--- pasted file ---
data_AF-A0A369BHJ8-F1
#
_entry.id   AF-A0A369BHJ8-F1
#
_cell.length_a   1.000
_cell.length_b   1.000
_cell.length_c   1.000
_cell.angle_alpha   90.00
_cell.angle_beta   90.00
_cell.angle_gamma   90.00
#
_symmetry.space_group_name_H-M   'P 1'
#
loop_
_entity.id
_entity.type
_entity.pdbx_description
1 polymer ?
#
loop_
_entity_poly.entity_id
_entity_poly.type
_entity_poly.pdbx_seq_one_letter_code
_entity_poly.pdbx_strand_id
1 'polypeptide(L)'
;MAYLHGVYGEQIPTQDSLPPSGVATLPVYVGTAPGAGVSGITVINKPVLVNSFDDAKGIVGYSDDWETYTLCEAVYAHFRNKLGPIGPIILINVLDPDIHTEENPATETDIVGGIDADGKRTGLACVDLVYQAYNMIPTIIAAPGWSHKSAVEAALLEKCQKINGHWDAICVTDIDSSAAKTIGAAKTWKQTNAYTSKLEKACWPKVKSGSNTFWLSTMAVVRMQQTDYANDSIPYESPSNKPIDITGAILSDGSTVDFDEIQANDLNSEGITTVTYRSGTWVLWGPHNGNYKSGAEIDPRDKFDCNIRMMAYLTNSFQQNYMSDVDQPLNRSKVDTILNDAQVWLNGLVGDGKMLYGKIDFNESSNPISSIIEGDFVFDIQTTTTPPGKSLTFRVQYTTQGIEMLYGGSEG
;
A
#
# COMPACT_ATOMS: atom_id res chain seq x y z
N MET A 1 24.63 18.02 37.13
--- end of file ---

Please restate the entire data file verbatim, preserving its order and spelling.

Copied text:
data_AF-A0A369BHJ8-F1
#
_entry.id   AF-A0A369BHJ8-F1
#
_cell.length_a   1.000
_cell.length_b   1.000
_cell.length_c   1.000
_cell.angle_alpha   90.00
_cell.angle_beta   90.00
_cell.angle_gamma   90.00
#
_symmetry.space_group_name_H-M   'P 1'
#
loop_
_entity.id
_entity.type
_entity.pdbx_description
1 polymer ?
#
loop_
_entity_poly.entity_id
_entity_poly.type
_entity_poly.pdbx_seq_one_letter_code
_entity_poly.pdbx_strand_id
1 'polypeptide(L)'
;MAYLHGVYGEQIPTQDSLPPSGVATLPVYVGTAPGAGVSGITVINKPVLVNSFDDAKGIVGYSDDWETYTLCEAVYAHFRNKLGPIGPIILINVLDPDIHTEENPATETDIVGGIDADGKRTGLACVDLVYQAYNMIPTIIAAPGWSHKSAVEAALLEKCQKINGHWDAICVTDIDSSAAKTIGAAKTWKQTNAYTSKLEKACWPKVKSGSNTFWLSTMAVVRMQQTDYANDSIPYESPSNKPIDITGAILSDGSTVDFDEIQANDLNSEGITTVTYRSGTWVLWGPHNGNYKSGAEIDPRDKFDCNIRMMAYLTNSFQQNYMSDVDQPLNRSKVDTILNDAQVWLNGLVGDGKMLYGKIDFNESSNPISSIIEGDFVFDIQTTTTPPGKSLTFRVQYTTQGIEMLYGGSEG
;
A
#
# COMPACT_ATOMS: atom_id res chain seq x y z
N MET A 1 24.63 18.02 37.13